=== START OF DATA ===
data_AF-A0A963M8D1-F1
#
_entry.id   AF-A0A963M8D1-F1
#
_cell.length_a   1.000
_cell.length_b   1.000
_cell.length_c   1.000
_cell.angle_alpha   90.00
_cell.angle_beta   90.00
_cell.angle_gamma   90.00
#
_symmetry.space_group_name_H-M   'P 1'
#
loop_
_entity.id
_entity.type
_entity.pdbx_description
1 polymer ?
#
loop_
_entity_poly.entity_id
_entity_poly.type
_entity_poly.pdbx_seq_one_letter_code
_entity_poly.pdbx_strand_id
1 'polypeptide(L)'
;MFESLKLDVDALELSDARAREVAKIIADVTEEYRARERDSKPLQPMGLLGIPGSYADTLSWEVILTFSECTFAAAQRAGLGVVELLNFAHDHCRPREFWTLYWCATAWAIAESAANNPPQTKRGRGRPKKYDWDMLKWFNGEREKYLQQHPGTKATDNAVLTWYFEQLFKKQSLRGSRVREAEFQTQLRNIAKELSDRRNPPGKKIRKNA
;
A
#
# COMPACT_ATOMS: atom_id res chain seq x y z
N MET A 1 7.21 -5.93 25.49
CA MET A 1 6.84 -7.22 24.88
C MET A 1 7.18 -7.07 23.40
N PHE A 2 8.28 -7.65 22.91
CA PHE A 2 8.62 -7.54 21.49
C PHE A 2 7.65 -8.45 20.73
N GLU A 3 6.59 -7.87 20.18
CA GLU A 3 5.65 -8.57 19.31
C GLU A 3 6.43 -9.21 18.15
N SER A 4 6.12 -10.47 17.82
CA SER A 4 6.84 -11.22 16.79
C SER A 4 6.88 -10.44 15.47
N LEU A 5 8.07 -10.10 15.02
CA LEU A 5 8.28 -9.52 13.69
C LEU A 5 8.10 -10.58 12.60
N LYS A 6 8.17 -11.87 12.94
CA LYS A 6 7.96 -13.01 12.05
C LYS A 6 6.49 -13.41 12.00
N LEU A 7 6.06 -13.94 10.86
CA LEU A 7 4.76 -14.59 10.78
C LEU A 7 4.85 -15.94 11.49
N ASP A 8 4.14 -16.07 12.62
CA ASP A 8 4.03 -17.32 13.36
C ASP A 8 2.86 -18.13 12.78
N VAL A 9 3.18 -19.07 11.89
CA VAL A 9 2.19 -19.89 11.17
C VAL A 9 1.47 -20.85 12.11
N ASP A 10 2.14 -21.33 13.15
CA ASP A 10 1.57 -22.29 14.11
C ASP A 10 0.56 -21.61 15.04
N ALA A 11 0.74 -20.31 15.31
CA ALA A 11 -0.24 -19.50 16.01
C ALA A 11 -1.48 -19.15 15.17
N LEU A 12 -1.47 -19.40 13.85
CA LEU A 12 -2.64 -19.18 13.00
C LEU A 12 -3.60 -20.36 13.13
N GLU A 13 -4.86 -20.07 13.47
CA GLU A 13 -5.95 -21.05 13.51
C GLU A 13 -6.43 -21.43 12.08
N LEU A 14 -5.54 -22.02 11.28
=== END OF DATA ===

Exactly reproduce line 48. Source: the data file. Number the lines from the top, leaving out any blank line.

C LYS A 6 6.49 -13.41 12.00